Art of Ancient Chinese Furniture: Part 2

Art of Ancient Chinese Furniture: Part 2


By the Ming and Qing dynasties, Chinese ancient furniture became settled into a shape much higher than in the past. The Ming-dynasty furniture looks elegant, plain and ingenious and was commended as brilliant representative of Chinese classic furniture, known as Ming-type furniture. The rise of Ming furniture was closely associated with the social environment of the times, as the booming of cities and towns, the growth of commodity economy and the emergence of architecture in large numbers, made the demand for furniture continuously on the increase. Moreover, in the Ming Dynasty, Zheng He the great navigator made seven trips to the West and the ban on maritime trade and relations with foreign countries was once lifted, resulting in large quatity of timber brought to China from Southeastern Asia. Besides, woodworking implements had been improved to an extent as never before. The book Tiangong Kaiwu (Exploitation of the Works of Nature) records that the forging techniques were already highly promoted in the Ming Dynasty, with it different kinds of woodworking implements were invented, in planes alone there were pushing plane, thin-line plane, centipede plane, etc., to be used for different processes.

The Cannon of Lu Ban compiled by Wu Rong, head of the imperial workman department under the Board of Works of the Beijing municipal government, is the onluy extant specialized book about building and repairing of wooden things. The book sums up the designs and practices of master craftsmen over centuries since the Spring and Autumn Period. Included in the book are thirty-plus drafts for furniture in which each measurements, tenon and mortise structure, end of lines and adornments are allgiven in detail, with real object pictures attached. It is a significant reference material for the study of Ming Dynasty folk architecture and Ming-style furniture.

In Ming-style furniture making, materials were most particular about. Usually hard wood such as red sandalwood, huang-hua-li-mu (a species of rosewood) and the like, was chosen, which when polished with wax, reveals their natural grain and freshening luster, fully in accord with the taste of the men of letters in the Ming Dynasty who are always after primitive simplicity and elegance. As they advocated nature, they preferred yellow color to dark color, and huang-hua-li-mu which is fine in grain, having the color of amber and the touch of jade, became the first to be chosen in the late Ming Dynasty down to the early Qing Dynasty.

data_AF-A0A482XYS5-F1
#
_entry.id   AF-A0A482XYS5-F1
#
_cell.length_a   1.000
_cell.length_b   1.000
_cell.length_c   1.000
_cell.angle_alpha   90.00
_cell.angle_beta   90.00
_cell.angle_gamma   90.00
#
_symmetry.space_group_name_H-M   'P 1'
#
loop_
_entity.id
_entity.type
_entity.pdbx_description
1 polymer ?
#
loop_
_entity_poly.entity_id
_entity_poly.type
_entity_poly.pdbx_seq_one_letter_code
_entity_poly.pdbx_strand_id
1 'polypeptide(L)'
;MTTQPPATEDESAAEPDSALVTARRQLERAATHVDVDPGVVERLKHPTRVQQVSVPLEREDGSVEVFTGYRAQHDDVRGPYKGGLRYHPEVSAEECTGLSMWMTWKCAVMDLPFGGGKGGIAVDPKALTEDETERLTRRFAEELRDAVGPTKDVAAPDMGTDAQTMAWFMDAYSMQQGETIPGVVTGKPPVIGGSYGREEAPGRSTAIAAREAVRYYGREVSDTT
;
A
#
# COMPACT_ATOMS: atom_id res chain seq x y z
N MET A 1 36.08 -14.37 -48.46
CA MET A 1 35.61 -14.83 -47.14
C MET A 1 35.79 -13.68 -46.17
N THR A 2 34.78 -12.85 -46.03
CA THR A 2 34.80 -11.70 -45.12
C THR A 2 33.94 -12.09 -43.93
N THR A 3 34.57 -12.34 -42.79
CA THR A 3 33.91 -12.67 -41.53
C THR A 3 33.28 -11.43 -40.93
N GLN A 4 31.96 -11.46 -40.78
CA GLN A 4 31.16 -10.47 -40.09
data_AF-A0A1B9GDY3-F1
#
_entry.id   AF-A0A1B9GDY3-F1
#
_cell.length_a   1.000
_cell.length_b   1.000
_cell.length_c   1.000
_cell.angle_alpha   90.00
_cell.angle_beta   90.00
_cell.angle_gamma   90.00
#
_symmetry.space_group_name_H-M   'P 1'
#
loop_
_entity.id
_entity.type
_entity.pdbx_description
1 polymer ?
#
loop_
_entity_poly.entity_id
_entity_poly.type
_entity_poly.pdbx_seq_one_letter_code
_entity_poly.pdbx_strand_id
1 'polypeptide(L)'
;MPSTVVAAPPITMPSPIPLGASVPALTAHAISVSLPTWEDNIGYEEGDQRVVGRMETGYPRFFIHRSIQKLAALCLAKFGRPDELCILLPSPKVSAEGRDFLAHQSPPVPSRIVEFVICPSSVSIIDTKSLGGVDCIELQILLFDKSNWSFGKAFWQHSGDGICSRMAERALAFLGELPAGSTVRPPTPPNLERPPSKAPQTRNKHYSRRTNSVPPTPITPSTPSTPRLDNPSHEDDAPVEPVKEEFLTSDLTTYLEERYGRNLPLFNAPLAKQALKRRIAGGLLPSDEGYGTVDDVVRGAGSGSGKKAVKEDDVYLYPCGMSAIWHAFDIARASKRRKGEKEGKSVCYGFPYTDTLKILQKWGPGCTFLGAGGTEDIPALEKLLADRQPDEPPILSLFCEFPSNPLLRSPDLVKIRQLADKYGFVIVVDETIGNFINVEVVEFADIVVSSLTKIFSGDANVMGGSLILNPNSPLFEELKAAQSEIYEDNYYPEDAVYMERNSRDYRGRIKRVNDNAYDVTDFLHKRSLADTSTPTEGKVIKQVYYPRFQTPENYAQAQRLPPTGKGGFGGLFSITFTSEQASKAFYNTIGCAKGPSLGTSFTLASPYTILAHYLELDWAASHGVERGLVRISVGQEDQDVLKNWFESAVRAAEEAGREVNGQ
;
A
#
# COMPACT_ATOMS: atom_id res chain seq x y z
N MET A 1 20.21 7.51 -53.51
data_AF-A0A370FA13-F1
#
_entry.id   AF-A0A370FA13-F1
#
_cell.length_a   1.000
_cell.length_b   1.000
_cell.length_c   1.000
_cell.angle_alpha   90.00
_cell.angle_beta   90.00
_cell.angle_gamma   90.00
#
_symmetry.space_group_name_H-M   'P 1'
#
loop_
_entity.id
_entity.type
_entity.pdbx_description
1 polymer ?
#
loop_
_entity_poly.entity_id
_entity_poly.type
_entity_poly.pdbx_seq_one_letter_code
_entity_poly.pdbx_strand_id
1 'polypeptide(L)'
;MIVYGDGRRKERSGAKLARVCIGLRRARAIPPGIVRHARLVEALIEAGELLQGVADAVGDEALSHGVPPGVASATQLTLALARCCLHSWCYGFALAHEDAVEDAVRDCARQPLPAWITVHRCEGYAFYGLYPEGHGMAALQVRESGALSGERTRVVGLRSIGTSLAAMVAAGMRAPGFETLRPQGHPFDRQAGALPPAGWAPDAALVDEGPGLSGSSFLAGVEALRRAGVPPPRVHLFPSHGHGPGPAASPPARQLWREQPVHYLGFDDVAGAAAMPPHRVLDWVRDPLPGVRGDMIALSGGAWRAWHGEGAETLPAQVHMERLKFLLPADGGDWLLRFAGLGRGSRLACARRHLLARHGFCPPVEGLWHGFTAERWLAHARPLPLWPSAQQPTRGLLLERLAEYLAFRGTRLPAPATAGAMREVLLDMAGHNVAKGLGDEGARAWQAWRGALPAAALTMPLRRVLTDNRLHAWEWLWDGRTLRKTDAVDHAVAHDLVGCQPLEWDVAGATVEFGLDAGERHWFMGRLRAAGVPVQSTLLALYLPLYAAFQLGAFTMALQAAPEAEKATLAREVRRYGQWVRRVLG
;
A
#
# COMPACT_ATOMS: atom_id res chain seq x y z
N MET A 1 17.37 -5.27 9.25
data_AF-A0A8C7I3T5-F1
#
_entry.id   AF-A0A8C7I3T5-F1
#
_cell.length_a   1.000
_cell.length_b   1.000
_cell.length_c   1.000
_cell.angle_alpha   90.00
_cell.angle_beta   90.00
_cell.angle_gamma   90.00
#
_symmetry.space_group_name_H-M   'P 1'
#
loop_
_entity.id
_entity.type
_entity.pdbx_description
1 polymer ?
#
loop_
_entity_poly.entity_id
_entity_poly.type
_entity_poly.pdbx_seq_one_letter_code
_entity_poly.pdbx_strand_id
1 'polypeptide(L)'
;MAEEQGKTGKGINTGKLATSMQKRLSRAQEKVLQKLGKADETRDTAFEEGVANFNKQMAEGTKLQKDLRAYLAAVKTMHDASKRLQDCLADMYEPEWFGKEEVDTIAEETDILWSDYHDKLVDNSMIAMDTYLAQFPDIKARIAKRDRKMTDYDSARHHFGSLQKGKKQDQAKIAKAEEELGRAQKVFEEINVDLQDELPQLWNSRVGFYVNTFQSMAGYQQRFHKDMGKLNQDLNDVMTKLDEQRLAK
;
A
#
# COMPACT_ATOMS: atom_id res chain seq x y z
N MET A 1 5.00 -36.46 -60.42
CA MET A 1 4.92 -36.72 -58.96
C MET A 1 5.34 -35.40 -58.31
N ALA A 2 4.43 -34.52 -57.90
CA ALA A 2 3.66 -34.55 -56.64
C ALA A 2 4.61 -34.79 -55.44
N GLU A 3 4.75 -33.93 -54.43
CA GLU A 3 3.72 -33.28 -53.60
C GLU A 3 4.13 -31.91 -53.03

Furniture making procedures include: to cut open wood, to saw timber, to plane, chisel, drill, carve, polish, lacquer and wax. The precise and ingenious process of fitting a tenon into a mortise to make a joint is a unique feature of Ming-style furniture making in which all joints are formed with tenon and mortise without using nail or glue. Tenon can be divided into open tenon, closed tenon, square-and corner tenon, long-and-short tenon, swallow-tail tenon, etc.

The Qing Dynasty people valued dark color instead of yellow. They were partial to lucury and majesty. As the Qing royal family favored red sandalwood in particular, it became the first choice for the material used in making furniture. The existing articles are mostly from the court, all carved meticulously. In the middle of Qing Dynasty, huanghuali, red sandalwood, etc., became extremely in short supply. Then red wood started to be imported and used extensively. Red wood is similar in quality to red sandalwood. It is of hard texture, and appears grand and majestic. Its main disadvantages are such as not tenacious enough to be easily carved and it is susceptible to changing shape when affected with damp, dryness cold, or heat and is therefore unfit for meticulous carving.

The Ming-style furniture excels in plain shape while the Qing-style one is good at multifarious and elaborate decoration. The crafts in making furniture in the Qing Dynasty were so consummate that they had reached the apex of traditional furniture crafts. Not only had they inherited the traditional methods, but also absorbed exotic culture to form distinctive style of the times.